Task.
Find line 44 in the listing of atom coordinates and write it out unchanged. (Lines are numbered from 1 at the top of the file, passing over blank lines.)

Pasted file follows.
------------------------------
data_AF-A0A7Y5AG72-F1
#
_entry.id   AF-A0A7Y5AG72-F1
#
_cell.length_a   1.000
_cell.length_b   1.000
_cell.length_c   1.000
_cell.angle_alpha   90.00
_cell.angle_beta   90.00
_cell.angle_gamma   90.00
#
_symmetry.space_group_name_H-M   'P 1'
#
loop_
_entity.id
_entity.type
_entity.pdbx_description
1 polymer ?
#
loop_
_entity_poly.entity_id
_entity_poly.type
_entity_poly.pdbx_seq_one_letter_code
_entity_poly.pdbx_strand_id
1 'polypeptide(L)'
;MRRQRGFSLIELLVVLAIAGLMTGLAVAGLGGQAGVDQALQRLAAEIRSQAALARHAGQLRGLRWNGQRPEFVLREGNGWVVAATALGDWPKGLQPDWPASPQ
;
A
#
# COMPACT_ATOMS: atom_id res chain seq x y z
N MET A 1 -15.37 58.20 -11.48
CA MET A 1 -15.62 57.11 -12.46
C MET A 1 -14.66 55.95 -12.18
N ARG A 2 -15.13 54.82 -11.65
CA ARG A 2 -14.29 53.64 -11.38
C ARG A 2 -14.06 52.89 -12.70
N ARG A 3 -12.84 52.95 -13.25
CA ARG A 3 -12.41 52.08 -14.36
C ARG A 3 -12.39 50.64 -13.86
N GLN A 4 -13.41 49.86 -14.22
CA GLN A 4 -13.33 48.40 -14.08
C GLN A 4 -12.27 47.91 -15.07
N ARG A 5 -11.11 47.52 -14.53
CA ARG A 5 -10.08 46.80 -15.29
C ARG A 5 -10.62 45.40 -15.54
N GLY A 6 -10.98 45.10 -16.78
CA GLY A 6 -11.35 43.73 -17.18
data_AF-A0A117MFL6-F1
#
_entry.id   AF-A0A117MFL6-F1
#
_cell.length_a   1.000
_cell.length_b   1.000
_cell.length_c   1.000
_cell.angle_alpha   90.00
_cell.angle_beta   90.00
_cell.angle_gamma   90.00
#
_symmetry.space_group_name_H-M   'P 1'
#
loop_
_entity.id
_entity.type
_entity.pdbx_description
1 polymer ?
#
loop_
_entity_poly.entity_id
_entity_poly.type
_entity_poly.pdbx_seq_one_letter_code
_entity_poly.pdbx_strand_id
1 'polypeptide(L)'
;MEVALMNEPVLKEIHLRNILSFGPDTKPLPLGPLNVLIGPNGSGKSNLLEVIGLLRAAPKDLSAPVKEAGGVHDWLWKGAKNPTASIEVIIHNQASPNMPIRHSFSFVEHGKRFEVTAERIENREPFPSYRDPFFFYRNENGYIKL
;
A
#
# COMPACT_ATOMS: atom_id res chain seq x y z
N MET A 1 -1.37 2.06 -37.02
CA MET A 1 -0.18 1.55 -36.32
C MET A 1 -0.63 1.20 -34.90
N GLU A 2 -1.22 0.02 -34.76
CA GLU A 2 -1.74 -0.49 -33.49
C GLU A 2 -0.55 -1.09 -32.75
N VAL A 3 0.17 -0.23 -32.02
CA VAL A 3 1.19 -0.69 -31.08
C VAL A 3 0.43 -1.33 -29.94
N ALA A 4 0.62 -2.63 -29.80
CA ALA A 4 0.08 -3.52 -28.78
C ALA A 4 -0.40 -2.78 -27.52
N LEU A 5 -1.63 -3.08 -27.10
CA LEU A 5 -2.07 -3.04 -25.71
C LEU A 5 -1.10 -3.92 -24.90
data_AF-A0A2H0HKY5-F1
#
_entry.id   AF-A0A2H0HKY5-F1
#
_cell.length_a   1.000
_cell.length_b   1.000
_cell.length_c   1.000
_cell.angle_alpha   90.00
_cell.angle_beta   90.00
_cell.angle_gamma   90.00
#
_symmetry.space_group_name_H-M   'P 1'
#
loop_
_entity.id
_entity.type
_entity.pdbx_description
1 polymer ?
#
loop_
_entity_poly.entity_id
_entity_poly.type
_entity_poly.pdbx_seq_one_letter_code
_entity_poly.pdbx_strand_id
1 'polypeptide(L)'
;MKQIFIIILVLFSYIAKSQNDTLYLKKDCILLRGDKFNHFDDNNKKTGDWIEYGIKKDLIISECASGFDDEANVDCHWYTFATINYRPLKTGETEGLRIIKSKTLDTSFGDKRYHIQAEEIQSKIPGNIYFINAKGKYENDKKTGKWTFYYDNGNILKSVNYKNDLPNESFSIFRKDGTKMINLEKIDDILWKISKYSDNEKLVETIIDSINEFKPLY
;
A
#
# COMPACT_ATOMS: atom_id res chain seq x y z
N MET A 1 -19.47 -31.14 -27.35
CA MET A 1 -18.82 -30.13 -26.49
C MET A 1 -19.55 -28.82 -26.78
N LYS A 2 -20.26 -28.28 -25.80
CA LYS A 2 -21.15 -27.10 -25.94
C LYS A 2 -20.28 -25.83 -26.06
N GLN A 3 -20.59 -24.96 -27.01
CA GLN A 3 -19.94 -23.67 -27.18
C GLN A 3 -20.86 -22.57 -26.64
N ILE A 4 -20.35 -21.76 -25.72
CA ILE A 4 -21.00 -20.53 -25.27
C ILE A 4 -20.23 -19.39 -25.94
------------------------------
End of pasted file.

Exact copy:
CA ARG A 5 -10.08 46.80 -15.29